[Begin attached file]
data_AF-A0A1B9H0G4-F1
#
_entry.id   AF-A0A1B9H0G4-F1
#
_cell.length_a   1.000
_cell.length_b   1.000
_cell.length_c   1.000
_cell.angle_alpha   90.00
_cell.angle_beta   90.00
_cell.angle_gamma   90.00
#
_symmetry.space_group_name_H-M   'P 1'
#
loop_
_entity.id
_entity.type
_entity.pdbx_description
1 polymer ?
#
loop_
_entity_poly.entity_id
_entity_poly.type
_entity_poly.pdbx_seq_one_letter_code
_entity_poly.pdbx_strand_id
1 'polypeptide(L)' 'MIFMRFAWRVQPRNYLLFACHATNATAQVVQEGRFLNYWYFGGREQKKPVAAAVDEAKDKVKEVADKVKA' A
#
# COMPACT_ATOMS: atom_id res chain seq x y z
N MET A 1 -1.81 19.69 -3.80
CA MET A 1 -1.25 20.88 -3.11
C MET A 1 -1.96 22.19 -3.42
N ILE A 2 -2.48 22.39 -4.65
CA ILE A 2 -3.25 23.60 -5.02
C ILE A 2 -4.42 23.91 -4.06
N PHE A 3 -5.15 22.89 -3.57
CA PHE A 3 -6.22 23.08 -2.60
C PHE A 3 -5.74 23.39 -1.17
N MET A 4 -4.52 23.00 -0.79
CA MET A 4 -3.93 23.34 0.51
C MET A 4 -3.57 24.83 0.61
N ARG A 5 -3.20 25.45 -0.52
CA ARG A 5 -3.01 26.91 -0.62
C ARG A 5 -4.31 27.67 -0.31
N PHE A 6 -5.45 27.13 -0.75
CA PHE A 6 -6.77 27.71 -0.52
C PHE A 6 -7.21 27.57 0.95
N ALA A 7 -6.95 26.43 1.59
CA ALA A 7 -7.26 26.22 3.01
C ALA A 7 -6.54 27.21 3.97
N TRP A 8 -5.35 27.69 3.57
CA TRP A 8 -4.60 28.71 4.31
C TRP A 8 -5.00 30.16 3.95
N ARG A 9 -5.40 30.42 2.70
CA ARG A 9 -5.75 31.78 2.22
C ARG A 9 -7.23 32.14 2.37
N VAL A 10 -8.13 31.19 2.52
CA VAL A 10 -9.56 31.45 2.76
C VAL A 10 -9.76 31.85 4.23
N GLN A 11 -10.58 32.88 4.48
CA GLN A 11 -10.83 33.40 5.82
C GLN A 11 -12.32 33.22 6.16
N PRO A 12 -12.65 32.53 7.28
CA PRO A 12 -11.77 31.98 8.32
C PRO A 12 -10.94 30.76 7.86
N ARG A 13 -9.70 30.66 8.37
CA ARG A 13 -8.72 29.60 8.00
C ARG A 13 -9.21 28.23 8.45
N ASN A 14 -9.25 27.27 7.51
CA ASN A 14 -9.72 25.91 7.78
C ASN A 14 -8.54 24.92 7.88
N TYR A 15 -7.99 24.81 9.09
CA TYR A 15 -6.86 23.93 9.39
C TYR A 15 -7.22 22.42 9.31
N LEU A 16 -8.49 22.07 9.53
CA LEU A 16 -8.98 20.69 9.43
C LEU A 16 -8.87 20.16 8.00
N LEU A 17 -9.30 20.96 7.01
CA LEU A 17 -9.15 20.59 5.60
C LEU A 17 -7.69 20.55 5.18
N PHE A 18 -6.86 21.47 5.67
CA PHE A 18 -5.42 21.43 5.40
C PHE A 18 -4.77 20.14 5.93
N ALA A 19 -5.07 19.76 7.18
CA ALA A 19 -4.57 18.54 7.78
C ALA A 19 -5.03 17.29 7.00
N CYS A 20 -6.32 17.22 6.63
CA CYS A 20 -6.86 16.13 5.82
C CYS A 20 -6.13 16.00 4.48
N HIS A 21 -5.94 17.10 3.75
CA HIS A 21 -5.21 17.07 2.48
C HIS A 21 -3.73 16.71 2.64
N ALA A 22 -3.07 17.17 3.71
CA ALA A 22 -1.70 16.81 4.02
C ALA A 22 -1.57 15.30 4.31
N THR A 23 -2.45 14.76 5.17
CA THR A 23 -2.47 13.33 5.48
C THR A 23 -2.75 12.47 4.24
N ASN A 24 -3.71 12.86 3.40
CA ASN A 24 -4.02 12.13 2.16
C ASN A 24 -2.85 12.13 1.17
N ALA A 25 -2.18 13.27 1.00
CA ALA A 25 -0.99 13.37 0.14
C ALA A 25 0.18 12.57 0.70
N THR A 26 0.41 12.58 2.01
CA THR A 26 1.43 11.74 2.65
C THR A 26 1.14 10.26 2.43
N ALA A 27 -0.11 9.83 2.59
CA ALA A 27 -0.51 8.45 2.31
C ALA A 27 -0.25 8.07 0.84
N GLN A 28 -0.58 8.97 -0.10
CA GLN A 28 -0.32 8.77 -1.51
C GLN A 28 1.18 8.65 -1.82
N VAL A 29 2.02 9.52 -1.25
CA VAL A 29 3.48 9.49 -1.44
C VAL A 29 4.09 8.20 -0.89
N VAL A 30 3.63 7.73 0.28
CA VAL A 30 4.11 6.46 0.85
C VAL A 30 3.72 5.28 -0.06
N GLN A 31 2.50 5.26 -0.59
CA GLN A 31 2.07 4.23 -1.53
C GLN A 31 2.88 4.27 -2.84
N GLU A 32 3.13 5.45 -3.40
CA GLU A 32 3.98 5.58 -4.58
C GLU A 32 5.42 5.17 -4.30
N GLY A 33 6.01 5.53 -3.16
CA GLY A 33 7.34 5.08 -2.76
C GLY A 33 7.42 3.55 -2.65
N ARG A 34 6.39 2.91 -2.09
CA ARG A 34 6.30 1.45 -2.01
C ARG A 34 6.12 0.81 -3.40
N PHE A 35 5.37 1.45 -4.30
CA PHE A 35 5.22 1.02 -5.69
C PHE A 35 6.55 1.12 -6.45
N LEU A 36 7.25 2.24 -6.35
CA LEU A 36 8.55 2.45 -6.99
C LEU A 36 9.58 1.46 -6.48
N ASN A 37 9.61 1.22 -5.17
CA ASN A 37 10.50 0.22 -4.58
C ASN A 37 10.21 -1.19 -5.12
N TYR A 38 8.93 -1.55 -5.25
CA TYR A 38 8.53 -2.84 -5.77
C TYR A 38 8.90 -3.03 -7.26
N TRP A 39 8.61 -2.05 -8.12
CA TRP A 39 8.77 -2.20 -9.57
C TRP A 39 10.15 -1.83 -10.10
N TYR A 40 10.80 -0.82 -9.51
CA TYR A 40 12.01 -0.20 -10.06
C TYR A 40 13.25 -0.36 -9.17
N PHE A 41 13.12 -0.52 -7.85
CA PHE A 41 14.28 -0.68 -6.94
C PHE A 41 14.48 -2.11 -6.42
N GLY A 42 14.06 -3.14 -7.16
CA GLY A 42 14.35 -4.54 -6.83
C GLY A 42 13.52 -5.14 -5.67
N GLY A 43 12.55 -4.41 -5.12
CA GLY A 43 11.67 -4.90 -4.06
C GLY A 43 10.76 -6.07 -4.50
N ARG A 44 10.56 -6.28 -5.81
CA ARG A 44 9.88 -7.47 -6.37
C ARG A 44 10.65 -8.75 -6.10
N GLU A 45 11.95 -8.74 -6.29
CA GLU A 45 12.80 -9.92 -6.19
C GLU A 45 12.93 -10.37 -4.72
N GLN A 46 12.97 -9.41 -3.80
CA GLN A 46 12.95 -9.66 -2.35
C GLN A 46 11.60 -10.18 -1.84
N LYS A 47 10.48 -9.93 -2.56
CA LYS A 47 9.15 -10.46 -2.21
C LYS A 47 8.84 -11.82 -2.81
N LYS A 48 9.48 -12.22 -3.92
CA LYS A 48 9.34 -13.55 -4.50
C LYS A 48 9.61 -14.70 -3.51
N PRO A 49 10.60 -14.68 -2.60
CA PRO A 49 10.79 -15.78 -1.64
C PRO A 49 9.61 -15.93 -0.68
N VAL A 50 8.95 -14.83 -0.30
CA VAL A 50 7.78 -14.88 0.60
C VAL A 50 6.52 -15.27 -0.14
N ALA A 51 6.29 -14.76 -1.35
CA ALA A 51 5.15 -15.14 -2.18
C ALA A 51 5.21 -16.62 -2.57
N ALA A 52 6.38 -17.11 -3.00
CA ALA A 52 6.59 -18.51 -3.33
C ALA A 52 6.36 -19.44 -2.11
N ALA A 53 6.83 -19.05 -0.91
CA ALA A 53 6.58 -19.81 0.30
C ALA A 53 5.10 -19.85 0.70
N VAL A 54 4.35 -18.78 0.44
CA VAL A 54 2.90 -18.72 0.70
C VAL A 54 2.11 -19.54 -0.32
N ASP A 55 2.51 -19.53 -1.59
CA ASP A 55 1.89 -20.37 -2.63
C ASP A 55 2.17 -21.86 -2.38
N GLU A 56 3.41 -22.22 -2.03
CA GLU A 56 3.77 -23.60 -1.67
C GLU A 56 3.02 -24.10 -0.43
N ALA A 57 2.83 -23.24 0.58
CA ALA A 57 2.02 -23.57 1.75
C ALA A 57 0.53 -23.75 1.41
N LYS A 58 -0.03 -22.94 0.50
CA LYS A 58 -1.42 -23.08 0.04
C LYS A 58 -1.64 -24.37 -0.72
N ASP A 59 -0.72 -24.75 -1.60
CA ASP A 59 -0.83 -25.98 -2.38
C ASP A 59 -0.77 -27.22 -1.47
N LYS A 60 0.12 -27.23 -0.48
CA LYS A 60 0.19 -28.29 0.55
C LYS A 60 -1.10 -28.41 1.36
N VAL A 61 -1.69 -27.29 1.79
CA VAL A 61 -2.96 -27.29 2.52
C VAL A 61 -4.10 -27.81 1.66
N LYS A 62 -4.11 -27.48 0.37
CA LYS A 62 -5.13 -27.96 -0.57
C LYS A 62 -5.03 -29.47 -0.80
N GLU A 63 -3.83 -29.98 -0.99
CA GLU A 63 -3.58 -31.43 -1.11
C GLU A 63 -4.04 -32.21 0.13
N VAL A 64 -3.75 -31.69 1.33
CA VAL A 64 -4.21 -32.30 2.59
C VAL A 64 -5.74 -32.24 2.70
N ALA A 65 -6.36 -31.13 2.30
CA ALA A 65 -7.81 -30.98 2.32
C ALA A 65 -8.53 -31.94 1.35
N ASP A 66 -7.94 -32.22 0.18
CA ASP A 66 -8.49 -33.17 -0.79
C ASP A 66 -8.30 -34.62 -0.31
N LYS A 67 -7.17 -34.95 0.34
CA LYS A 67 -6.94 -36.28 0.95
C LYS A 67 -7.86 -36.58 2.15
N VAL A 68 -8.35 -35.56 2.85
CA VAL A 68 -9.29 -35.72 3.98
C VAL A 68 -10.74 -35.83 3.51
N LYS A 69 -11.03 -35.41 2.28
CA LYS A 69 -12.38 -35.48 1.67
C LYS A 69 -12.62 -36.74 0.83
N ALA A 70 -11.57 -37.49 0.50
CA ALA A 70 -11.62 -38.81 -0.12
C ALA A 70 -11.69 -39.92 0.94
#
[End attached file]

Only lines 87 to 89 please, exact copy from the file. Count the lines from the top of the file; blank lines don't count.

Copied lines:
C CYS A 20 -6.13 16.00 4.48
N HIS A 21 -5.94 17.10 3.75
CA HIS A 21 -5.21 17.07 2.48